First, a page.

Warnings made in 2021 will continue driving discussions in the new year. The most striking caution came from the Intergovernmental Panel on Climate Change (IPCC) report, which concluded that global warming had already produced irreversible effects on the environment. This warning was delivered weeks before the Climate Conference in Glasgow in an attempt to generate productive negotiations. Although important, the conference’s advances were unspectacular, increasing expectations for COP27 scheduled in November 2022 in Egypt.
The urgent need for meaningful action is driving society to turn to non-governmental actors and private companies to lead a global climate transformation. Following are five trends that companies can consider in 2022.
1. Rethink Sustainable Practices
Companies will be compensated or penalized for their choices. Their sustainable practices will be expected to directly address the impacts of carbon emissions. This was one of the key selection criteria for companies included in B3’s 2022 Corporate Sustainability Index. They were subjected to a new methodology that focused on the most pertinent climate trends in their respective sectors.
Our vision: Identifying the most salient negative impacts generated throughout a value chain and relating them to stakeholders’ expectations allows companies to prioritize investments and focus management’s effort on actions that mitigate the most serious risks and damage.
2. Climate Goal Credibility
Metric standardization is a prerequisite to measure whether companies’ climate programs are producing desired results. The International Sustainability Parameters Committee (ISSB) committed to presenting a proposal that will standardize global ESG measurement by June 2022. A coalition of financial institutions and companies, including HSBC, Deutsche Bank, and Swiss Re launched the ESG Book platform to make their commitment data more accessible.
Our vision: Many internationally recognized parameters can guide companies’ ESG performance. However, effective businesses will prioritize these goals and indicators to optimize program management and provide their commitments credibility and consistency.
3. Integrating the Green Economy into Business Models
The pressure for companies to base their business models on the green economy will grow even stronger. This includes the regenerative economy in which companies commit to eschew nonrenewable resources or consume resources more quickly than they can be restored. This business decision allocates resources to production process innovation. Learn more about how Danone and Natura are doing just that.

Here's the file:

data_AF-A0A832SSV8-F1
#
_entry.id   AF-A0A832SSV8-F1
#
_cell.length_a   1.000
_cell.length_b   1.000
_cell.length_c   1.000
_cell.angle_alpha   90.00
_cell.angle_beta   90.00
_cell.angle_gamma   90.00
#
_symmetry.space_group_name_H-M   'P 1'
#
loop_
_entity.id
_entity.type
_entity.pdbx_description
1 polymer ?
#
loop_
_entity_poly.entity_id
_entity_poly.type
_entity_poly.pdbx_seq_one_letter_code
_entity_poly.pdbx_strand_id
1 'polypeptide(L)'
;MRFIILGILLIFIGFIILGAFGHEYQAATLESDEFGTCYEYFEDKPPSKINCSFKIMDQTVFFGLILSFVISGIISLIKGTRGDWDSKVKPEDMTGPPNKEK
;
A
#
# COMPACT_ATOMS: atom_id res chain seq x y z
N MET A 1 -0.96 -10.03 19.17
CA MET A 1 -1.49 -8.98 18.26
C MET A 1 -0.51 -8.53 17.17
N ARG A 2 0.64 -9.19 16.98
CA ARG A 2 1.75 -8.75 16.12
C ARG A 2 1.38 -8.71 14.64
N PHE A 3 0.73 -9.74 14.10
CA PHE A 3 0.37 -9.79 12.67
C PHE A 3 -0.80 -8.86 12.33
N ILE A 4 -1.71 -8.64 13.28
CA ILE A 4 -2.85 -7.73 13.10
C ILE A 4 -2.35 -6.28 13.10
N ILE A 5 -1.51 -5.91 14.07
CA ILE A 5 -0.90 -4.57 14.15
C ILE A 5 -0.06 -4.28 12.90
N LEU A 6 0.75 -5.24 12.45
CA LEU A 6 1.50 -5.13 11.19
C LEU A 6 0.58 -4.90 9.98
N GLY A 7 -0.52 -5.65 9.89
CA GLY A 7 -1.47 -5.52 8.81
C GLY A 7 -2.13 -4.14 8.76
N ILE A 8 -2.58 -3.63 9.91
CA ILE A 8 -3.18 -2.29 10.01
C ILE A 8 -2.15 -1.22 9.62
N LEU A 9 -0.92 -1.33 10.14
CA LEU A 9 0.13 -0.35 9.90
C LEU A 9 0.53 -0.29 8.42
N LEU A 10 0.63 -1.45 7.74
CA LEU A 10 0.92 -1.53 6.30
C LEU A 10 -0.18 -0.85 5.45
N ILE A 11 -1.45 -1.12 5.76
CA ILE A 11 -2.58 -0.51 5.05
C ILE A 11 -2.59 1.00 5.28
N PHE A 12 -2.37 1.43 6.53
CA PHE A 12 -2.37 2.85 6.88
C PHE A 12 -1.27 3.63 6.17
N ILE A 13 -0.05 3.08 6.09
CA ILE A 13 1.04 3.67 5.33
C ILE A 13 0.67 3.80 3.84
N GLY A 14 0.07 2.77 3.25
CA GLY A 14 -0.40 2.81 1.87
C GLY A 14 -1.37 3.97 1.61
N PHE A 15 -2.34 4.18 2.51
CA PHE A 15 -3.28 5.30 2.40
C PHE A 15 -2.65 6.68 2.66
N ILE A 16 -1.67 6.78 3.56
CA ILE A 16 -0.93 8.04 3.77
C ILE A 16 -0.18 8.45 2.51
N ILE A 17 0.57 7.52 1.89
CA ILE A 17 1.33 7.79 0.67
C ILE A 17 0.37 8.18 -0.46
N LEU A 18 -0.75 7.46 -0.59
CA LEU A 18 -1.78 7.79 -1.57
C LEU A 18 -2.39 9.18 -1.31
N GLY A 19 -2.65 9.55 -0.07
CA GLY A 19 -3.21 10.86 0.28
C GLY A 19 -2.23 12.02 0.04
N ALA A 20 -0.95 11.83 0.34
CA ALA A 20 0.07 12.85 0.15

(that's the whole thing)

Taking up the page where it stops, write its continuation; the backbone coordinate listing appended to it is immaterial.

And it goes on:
Industrial sectors are feeling pressure to expand the circular economy by optimizing manufacturing processes that reduce dependence on virgin raw materials. According to the Circularity Gap Reporting Initiative, doubling the current global recycling rate would produce zero greenhouse gas emissions by 2044.
Our vision: Beyond simply attempting to fit their business models into the green economy, companies can also build business models that reduce, ameliorate, and eliminate environmental and societal damage while generating shared value.
One hundred countries agreed to cut methane emissions by 30% and 30 countries promised to reduce deforestation by 2030. Brazil committed to halving emissions by 2030, becoming carbon neutral by 2050, and eliminating illegal deforestation by 2028. Both Mexico and Argentina committed to cutting methane emission by 30% by 2030, while Perú committed to a 20% cut. Meanwhile, Colombia stated that it will reduce its total 2030 greenhouse gas emissions by 51% compared to 2014.
4. Conscious Consumption
Companies in 2022 will encourage consumers to add socio-environmental criteria into purchasing decisions. The gap between will and action remains large. Ikea surveyed 34,000 people from 32 countries and found that only 39% include significant sustainable considerations in their daily routines. A GlobeScan and Akatu Institute global survey indicated that the world’s least trusted industries include the oil, mining, and alcoholic beverages sectors.
Our vision: inviting people to becoming part of the solution strengthens the innovation and improvement cycle. Communicating company sustainability engages and influences individual decisions that collectively benefit society.
5. Carbon Opportunities and Responsibilities
Investors will demand more reliable plans to reduce companies’ carbon footprints. The cost of carbon will place increased pressure on certain sectors while others may take advantage of new revenue opportunities derived from carbon market credits. Companies would be wise to monitor carbon pricing and credit initiatives around the world.
Our vision: Whether suppliers or credit buyers, all sectors will feel pressure to join to the low-carbon economy. The good news is that, beyond recognized frameworks, technologies and practices are being developed for fast-followers.
A few reading suggestions with provocative ideas to initiate a transformative future:
- In Cradle to Cradle: Remaking the Way We Make Things, authors William McDonough and Michael Braungart challenge the notion that human industry must harm the world and explore a model for how nature transforms garbage into nutrients.
- Jeffrey Hollender and Bill Breen explain that “less bad” is not the same as “positively good” in the book Responsibility Revolution: How the Next Generation of Business Will Win. It is based on interviews with leaders from many different industries. The authors call on and show entrepreneurs how to take on greater social responsibility.